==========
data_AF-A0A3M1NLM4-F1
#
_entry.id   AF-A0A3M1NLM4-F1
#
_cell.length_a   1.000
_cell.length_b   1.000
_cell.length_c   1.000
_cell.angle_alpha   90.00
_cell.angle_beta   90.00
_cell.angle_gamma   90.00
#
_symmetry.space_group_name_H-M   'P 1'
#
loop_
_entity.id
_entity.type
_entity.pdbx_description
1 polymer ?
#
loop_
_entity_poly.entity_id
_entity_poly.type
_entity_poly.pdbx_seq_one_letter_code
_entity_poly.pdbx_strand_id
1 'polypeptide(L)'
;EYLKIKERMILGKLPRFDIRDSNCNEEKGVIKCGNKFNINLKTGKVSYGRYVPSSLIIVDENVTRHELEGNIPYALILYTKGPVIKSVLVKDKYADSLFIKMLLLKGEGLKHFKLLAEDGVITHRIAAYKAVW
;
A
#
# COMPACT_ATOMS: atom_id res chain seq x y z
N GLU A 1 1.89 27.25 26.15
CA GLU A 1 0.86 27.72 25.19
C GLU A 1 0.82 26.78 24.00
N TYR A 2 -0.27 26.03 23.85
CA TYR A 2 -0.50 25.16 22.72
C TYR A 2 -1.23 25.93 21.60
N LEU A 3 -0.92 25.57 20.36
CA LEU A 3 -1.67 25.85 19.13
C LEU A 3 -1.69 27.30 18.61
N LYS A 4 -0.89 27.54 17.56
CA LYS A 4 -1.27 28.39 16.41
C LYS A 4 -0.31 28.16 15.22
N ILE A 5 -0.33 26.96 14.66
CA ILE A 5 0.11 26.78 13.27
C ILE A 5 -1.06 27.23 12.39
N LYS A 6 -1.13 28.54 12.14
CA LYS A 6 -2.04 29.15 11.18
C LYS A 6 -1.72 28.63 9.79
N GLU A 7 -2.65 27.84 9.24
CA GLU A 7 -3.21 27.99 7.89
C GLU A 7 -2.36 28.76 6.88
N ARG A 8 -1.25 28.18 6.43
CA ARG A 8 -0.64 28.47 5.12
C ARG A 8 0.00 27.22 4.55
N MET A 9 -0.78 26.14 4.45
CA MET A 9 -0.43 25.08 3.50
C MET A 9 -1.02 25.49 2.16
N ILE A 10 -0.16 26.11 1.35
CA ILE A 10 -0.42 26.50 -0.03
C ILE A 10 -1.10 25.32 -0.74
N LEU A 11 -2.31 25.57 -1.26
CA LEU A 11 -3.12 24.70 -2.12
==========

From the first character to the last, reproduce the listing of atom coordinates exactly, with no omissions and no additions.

data_AF-A0A3M1NLM4-F1
#
_entry.id   AF-A0A3M1NLM4-F1
#
_cell.length_a   1.000
_cell.length_b   1.000
_cell.length_c   1.000
_cell.angle_alpha   90.00
_cell.angle_beta   90.00
_cell.angle_gamma   90.00
#
_symmetry.space_group_name_H-M   'P 1'
#
loop_
_entity.id
_entity.type
_entity.pdbx_description
1 polymer ?
#
loop_
_entity_poly.entity_id
_entity_poly.type
_entity_poly.pdbx_seq_one_letter_code
_entity_poly.pdbx_strand_id
1 'polypeptide(L)'
;EYLKIKERMILGKLPRFDIRDSNCNEEKGVIKCGNKFNINLKTGKVSYGRYVPSSLIIVDENVTRHELEGNIPYALILYTKGPVIKSVLVKDKYADSLFIKMLLLKGEGLKHFKLLAEDGVITHRIAAYKAVW
;
A
#
# COMPACT_ATOMS: atom_id res chain seq x y z
N GLU A 1 1.89 27.25 26.15
CA GLU A 1 0.86 27.72 25.19
C GLU A 1 0.82 26.78 24.00
N TYR A 2 -0.27 26.03 23.85
CA TYR A 2 -0.50 25.16 22.72
C TYR A 2 -1.23 25.93 21.60
N LEU A 3 -0.92 25.57 20.36
CA LEU A 3 -1.67 25.85 19.13
C LEU A 3 -1.69 27.30 18.61
N LYS A 4 -0.89 27.54 17.56
CA LYS A 4 -1.27 28.39 16.41
C LYS A 4 -0.31 28.16 15.22
N ILE A 5 -0.33 26.96 14.66
CA ILE A 5 0.11 26.78 13.27
C ILE A 5 -1.06 27.23 12.39
N LYS A 6 -1.13 28.54 12.14
CA LYS A 6 -2.04 29.15 11.18
C LYS A 6 -1.72 28.63 9.79
N GLU A 7 -2.65 27.84 9.24
CA GLU A 7 -3.21 27.99 7.89
C GLU A 7 -2.36 28.76 6.88
N ARG A 8 -1.25 28.18 6.43
CA ARG A 8 -0.64 28.47 5.12
C ARG A 8 0.00 27.22 4.55
N MET A 9 -0.78 26.14 4.45
CA MET A 9 -0.43 25.08 3.50
C MET A 9 -1.02 25.49 2.16
N ILE A 10 -0.16 26.11 1.35
CA ILE A 10 -0.42 26.50 -0.03
C ILE A 10 -1.10 25.32 -0.74
N LEU A 11 -2.31 25.57 -1.26
CA LEU A 11 -3.12 24.70 -2.12